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May 8, 2017 Article 3 min read
What are the key ingredients of a world-class culture? A solid foundation built on principles and values, a challenging and supportive environment, training, communication, recognition, and respect.

 Image of two people working

Many believe culture is synonymous with the policies and procedures developed by an organization, but it’s not. Instead, it’s the values and behaviors epitomized from the top down. It’s the way people behave and how they treat one another, at work and outside of work. It’s the camaraderie enjoyed by a group of people who genuinely enjoy what they do and who they do it with.

A welcome environment, focused on staff development, communication, and recognition will make a major difference in the culture of any organization.

When we think about what sets a great culture — including our culture — apart, it boils down to a few key ingredients:

  1. A foundation of principles and values
    Every organization has its own icons or symbols that reflect its beliefs. When done right, they’re more than words on a page or a framed mission statement hanging in the lobby. They become the foundation for organizational culture.

    At Plante Moran, we’re inspired by a people-focused environment that places quality, integrity, and service first, believing that “money doesn’t lead — it follows.” We’re well aware that our staff is directly responsible for our success. We believe that hiring good staff who do good work result in good clients that pay good fees, which enables us to pay good wages, which then allows us to retain good staff. We call this our “Wheel of Progress.” It’s time− tested, and it works.
  2. A challenging, yet supportive, environment that allows staff to live up to their potential
    People are more likely to prosper if they’re mentored. Immediately upon arriving at Plante Moran, each new staff member is assigned a “buddy” and a team partner. Buddies typically have three to five years of experience and function as big brothers or big sisters to help the new staffer become acclimated. They’re always available to answer questions, serve as a sounding board for ideas, or offer advice.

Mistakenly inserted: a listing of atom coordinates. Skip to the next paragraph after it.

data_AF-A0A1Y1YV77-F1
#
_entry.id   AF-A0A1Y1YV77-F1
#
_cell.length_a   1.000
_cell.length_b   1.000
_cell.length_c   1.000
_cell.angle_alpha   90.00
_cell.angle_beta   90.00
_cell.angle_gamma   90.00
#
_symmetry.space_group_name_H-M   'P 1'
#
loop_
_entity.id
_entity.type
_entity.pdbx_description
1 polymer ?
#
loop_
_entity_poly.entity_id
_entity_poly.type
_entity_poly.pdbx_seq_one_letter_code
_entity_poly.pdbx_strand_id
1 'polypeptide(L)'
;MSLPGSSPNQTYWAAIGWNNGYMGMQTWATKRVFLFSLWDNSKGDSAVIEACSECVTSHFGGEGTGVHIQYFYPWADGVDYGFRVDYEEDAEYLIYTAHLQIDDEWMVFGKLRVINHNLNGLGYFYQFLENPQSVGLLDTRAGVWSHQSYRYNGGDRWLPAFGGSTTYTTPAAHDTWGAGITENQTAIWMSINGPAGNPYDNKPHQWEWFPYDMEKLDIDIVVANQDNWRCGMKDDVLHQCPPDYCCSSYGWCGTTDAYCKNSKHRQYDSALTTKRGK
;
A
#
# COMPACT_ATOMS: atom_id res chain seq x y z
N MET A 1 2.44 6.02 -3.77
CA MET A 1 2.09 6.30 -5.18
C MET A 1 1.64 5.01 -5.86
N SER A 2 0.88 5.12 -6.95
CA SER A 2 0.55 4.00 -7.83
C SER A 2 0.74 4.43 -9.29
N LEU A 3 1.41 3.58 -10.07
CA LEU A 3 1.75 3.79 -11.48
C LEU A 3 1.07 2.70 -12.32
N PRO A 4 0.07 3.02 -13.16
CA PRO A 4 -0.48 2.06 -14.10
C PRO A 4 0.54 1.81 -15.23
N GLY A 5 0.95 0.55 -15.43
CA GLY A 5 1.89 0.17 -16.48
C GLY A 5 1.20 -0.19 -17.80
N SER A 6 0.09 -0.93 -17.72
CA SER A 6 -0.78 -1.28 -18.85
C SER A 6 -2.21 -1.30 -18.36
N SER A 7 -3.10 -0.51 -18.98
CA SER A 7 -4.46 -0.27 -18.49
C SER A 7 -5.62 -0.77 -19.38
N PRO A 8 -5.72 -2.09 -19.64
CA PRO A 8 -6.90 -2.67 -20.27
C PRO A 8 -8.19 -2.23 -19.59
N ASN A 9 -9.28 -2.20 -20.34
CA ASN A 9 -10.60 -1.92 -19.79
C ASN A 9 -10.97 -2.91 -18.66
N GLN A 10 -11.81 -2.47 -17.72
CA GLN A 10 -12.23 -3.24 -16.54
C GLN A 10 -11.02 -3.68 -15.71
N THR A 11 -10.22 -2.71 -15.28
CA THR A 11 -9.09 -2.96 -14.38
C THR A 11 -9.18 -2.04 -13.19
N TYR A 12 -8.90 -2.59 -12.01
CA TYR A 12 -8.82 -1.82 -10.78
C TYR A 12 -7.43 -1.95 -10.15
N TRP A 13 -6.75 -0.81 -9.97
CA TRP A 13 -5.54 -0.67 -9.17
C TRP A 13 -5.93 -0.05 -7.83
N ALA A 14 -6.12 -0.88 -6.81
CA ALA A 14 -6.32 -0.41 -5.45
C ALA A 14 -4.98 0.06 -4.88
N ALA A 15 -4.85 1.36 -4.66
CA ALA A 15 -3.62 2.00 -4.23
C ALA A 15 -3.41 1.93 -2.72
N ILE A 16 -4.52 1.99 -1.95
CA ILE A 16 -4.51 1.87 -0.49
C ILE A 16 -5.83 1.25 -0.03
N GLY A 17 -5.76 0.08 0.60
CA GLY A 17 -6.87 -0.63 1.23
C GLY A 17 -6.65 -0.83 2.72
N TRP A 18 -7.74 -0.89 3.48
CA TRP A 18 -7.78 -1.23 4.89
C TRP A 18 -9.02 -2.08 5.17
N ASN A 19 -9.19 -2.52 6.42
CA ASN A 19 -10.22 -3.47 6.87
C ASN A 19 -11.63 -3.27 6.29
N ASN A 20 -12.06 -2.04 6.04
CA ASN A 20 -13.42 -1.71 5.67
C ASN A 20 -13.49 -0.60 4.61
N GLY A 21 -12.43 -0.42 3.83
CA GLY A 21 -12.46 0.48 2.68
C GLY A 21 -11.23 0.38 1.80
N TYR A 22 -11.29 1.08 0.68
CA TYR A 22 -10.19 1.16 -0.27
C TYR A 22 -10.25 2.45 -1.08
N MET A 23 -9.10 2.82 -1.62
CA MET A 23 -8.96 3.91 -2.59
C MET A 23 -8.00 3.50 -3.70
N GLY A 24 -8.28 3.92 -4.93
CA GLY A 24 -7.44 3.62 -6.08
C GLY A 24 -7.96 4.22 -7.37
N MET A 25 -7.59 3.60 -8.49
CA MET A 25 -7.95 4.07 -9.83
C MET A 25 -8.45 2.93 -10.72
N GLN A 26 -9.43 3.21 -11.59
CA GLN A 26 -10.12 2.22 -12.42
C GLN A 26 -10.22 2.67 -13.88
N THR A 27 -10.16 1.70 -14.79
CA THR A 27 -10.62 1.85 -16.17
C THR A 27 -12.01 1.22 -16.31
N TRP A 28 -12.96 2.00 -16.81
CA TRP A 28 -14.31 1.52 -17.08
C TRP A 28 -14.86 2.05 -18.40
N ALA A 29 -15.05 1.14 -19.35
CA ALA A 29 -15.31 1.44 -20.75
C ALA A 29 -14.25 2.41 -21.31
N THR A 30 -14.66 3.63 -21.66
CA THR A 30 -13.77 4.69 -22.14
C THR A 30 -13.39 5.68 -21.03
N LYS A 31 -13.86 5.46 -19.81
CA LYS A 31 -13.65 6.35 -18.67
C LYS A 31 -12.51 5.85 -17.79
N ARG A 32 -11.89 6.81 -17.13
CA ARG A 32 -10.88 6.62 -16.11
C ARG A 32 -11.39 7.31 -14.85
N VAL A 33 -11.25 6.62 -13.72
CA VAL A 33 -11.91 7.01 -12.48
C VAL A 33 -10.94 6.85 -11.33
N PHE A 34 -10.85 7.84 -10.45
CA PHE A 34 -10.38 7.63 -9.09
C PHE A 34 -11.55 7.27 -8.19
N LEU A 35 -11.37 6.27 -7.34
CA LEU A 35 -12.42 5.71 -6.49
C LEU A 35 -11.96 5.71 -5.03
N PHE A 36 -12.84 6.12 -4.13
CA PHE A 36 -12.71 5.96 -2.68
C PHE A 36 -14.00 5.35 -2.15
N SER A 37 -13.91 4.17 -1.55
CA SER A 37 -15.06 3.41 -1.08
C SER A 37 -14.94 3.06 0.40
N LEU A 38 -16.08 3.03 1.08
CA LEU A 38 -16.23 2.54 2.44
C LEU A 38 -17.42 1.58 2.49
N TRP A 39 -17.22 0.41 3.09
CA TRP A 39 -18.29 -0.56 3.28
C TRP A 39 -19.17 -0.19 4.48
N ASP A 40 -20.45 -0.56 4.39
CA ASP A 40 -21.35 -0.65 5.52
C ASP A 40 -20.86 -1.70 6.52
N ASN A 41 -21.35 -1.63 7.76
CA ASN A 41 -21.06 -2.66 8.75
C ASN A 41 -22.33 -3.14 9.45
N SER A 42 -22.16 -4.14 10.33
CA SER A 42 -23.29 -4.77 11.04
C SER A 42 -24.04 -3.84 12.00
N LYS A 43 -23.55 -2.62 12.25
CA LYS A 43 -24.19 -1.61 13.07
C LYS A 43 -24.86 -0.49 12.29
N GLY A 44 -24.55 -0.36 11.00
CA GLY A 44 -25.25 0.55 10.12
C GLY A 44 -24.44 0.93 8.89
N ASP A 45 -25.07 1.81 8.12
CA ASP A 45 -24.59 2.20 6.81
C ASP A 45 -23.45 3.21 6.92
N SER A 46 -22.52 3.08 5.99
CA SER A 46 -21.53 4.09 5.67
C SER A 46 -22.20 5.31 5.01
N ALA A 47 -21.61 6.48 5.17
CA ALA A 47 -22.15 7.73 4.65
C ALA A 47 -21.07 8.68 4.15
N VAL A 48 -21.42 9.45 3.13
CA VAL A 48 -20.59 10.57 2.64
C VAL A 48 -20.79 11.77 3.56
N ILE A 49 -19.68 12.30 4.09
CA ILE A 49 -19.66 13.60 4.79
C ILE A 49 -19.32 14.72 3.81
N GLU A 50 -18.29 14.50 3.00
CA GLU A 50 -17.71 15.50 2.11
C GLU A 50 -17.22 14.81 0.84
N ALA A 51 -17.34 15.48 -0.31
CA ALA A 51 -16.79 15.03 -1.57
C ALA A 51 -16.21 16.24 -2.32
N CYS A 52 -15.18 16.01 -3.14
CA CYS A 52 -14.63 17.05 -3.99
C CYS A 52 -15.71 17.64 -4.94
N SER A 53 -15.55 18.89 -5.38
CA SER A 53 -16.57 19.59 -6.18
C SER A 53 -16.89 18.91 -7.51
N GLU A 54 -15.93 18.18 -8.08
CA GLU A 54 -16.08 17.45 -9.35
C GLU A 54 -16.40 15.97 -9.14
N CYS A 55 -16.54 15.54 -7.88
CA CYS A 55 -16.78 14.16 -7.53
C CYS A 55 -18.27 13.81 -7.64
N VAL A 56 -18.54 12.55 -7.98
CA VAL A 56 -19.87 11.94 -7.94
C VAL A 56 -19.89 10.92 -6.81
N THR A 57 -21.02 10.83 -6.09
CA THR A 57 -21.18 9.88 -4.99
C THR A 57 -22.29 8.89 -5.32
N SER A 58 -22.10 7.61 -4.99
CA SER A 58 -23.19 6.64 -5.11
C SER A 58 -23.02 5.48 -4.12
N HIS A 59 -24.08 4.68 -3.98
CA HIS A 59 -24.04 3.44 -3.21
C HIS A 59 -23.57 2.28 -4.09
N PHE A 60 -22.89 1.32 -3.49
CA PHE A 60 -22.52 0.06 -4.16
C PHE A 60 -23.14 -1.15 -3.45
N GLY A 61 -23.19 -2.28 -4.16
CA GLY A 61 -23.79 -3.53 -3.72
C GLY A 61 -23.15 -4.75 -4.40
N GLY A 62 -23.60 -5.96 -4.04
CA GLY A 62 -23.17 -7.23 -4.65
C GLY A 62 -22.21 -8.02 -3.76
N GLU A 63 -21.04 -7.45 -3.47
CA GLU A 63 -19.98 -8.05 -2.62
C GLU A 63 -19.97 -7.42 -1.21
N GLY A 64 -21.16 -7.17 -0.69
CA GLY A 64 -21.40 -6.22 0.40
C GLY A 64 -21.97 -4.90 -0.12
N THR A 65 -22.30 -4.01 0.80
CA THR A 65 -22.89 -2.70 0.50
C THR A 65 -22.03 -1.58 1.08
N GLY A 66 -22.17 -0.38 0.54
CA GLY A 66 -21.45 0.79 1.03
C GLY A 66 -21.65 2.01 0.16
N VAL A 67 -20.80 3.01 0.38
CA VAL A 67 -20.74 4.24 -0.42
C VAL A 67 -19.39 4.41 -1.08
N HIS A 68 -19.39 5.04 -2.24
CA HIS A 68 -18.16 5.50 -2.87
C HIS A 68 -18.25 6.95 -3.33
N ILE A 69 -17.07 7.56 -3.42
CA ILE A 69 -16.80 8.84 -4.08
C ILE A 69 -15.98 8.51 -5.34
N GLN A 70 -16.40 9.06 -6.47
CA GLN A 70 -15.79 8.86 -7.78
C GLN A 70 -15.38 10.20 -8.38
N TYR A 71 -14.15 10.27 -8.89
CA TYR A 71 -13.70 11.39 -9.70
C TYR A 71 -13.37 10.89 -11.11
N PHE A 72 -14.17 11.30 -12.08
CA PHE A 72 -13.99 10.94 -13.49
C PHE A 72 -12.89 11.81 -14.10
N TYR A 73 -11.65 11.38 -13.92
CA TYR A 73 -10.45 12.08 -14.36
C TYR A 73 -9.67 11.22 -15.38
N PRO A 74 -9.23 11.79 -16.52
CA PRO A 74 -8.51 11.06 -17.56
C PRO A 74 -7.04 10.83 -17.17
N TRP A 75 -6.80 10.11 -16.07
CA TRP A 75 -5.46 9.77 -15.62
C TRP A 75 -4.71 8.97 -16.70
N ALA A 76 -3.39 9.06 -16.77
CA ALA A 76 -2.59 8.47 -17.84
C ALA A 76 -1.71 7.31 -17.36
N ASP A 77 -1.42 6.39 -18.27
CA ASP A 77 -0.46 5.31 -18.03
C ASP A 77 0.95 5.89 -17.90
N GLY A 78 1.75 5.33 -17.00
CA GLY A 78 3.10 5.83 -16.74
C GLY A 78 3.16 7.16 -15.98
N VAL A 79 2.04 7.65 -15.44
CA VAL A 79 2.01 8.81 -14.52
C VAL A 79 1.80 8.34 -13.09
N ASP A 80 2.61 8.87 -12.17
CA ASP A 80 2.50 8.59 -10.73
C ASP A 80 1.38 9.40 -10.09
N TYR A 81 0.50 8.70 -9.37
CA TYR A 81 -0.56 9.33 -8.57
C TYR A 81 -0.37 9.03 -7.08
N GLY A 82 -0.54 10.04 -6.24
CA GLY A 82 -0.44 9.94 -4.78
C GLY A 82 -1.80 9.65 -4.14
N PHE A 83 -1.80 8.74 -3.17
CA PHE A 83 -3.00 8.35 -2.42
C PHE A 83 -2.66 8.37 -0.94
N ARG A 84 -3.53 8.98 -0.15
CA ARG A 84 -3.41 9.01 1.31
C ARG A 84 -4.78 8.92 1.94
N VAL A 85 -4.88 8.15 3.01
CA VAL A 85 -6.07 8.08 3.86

The team partner takes the mentor role. Team partners are responsible for career coaching and planning and performance evaluations. In short, all new staff members automatically have two people assigned to their care and career development, which helps to build staff loyalty and morale from day one.
  3. The training necessary for continuous growth and development
    We do a variety of things to continue to develop our staff, from bringing in experts to conduct workshops, to sending staff outside the firm to acclaimed leadership development workshops, to holding our annual leadership development conference for female partners. The list goes on and on, and we do it across the firm at all staff levels.
  4. Constant, candid communication
    Nothing kills culture quite like failure to communicate effectively. It’s crucial that senior management communicate the direction of the firm to all staff members –– if they don’t, staff can be left feeling confused when decisions are made.

    It’s important to make yourself available with no agenda to staff and ask, simply, “What would you like to talk about? What can I share with you?” Leadership must start at the top; anything less will lead to, at best, limited success.
  5. Recognition of a job well done
    Recognition is key when it comes to staff morale, and there are myriad ways to show appreciation and recognition of good work and extra effort. Some of them are monetary; others involve gifts or a simple “thank you.

    When a staff member succeeds admirably, tell them. You might also consider sending notes home to a spouse or to parents and taking the staff member to lunch for no reason other than the fact that you care. Be sincere, and be timely. These personal touches are invaluable, as no one can be appreciated too much.
  6. Respect
    At Plante Moran, we avoid the word “employee” because it implies staff work for each other rather than with each other. Instead, we prefer the term “staff member,” which connotes the respect we have for one another. It may seem like a small thing, but it makes a big difference to our staff.

Maintaining a supportive culture is challenging, but it’s the single biggest driving force when it comes to staff retention. It trumps benefits, opportunity, and even pay. Creating a welcoming environment, focusing on staff development, communicating, and recognizing accomplishments will make a major difference in any organization. Moreover, failure to create that culture will also make a difference — maybe to the very staff members you want to retain the most.